Two unique medieval shipwrecks known as cogwheels have been discovered at the Varberg archaeological dig site in Sweden. The personal belongings of the crew recovered inside the wreck provide information about life at sea.
Wheelbarrows were sturdy, wide-beamed ships commonly used in Baltic and North Sea trade from the 12th to the 15th centuries. They were primarily used to transport goods such as grain, timber, and textiles over long distances.
Often seen as the successor to the Viking Age knarr, the paddle wheel was designed to maximize cargo space.
It shows that the wheels unearthed in Sweden were built outside of Scandinavia in the mid-14th century.
Archaeologist Elisabet Schager, project leader of the National Historical Museums of Sweden excavation, said: “These shipwrecks are a very special find, both in Sweden and abroad, so it was great to find them. Before these two shipwrecks were discovered, only 7 more cogs were known in Sweden, and only around 30 were known all over Europe.”
The first dendrochronological (tree ring dating) samples were analyzed. The results show that Varbergskoggen 1 was built with timber cut after 1346 in what is today the Netherlands, Belgium and northeastern France, while the smaller Varbergskoggen 2 (Varberg Cog 2) was oak cut between 1355 and 1357 in northern Poland. indicates that it was collected from the tree. These results show that both ships were lost in foreign waters, far from home, eventually under the waves.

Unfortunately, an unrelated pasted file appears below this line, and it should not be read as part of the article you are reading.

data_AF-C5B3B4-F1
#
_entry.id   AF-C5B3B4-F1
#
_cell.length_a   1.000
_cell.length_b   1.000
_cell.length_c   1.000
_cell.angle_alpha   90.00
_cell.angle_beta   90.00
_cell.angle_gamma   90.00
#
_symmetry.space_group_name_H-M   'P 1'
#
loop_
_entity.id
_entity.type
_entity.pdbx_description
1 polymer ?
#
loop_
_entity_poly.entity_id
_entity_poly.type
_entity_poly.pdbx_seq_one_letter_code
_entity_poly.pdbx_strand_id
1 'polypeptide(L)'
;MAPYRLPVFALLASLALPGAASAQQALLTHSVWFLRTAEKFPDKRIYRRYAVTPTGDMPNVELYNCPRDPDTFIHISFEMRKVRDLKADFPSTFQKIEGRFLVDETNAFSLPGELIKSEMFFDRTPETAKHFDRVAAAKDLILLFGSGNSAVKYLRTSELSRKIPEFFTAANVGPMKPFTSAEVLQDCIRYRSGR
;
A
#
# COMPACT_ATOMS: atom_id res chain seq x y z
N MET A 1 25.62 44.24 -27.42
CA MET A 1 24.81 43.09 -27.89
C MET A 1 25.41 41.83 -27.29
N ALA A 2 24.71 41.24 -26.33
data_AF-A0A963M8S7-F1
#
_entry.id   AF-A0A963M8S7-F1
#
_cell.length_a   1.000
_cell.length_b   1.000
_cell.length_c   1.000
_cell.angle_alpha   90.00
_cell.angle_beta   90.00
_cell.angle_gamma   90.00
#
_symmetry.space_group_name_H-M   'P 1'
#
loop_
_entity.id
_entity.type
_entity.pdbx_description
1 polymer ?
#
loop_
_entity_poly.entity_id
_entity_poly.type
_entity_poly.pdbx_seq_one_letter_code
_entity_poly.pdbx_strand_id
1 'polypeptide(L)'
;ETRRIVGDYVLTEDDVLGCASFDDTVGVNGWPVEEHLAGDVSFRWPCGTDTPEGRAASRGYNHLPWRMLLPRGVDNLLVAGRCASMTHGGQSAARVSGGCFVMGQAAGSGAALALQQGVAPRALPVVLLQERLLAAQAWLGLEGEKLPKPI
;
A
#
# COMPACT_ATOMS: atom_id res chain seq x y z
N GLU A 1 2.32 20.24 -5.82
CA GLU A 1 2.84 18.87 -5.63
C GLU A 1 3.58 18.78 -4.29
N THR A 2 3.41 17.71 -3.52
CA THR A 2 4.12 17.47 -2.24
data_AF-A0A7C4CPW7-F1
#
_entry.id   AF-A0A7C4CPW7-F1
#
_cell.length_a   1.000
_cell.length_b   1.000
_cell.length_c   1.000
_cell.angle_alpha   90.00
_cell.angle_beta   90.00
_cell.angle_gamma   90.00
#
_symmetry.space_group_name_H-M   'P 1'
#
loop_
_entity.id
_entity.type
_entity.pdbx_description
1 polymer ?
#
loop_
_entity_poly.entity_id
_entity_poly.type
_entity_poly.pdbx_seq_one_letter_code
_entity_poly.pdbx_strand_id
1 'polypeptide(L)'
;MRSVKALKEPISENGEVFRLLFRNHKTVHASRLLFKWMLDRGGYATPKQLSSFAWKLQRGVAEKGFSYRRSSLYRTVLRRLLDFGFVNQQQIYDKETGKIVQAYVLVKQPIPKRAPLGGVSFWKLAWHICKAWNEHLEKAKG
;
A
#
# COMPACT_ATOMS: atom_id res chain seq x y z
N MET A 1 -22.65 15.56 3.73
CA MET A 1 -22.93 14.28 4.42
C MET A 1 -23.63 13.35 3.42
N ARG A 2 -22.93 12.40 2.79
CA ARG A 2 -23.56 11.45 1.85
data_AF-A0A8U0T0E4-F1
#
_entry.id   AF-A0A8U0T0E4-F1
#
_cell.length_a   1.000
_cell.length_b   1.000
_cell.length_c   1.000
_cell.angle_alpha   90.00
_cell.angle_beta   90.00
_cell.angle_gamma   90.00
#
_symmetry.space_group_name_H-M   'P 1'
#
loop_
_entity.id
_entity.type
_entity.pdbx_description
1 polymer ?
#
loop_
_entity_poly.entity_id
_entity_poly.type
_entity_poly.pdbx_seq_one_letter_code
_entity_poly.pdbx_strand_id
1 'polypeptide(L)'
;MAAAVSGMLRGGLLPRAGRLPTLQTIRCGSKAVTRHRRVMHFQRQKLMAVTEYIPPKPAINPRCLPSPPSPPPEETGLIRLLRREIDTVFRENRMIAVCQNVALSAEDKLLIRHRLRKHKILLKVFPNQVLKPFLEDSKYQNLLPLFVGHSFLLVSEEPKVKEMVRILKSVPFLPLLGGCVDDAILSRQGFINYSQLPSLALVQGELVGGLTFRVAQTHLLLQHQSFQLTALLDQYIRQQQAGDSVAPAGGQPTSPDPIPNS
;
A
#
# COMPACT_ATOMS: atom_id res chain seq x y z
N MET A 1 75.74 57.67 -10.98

During the excavation of the wrecks, various construction details were recorded, all of which are identifiable features by traditional gear construction. For example, the lower straps of the ships are built in the carvel style, while the sides are built in the more traditional clinker style. Also, the caulking between the straps is made with moss and fixed with lathes. The decks are supported by bulky beams attached to the sides of the hull.
Personal items reveal information about marine life
Archaeologists have also unearthed a wide variety of fascinating artifacts, including leather shoes and household items made of wood and ceramics. At Varbergskoggen 1 (Varberg Cog 1, the larger of the two), rare cache ship equipment and spares have been discovered, protected from wreck looters by a pile of ballast stone.
Stating that a wide variety of personal objects were found representing parts of the crew’s daily routines, such as wooden bowls and spoons, Schager said: “Among the wreckage, a number of barrel covers were also uncovered, some of which looked like traces of the maker. We’ve also collected and analyzed soil samples, hopefully we can identify food and/or cargo residues. We will even look for parasitic remains that can determine if animals were kept on board, and if so which species. We hope to be able to piece together where the cogs’ fateful journey originated and where they are going.”
More analyzes are being worked on to help add more precision to the dating of the shipwrecks, and even to understand how long they were used before their demise.
The reason for the sinking of the impellers is still not clear. “After clearing each timber of debris and critically analyzing it, I hope we can get to the bottom of the mystery. The information we could gather from the initial excavation was that the larger Varbergskoggen 1 rolled into the harbor side in shallow water while still rogue,” says Schager.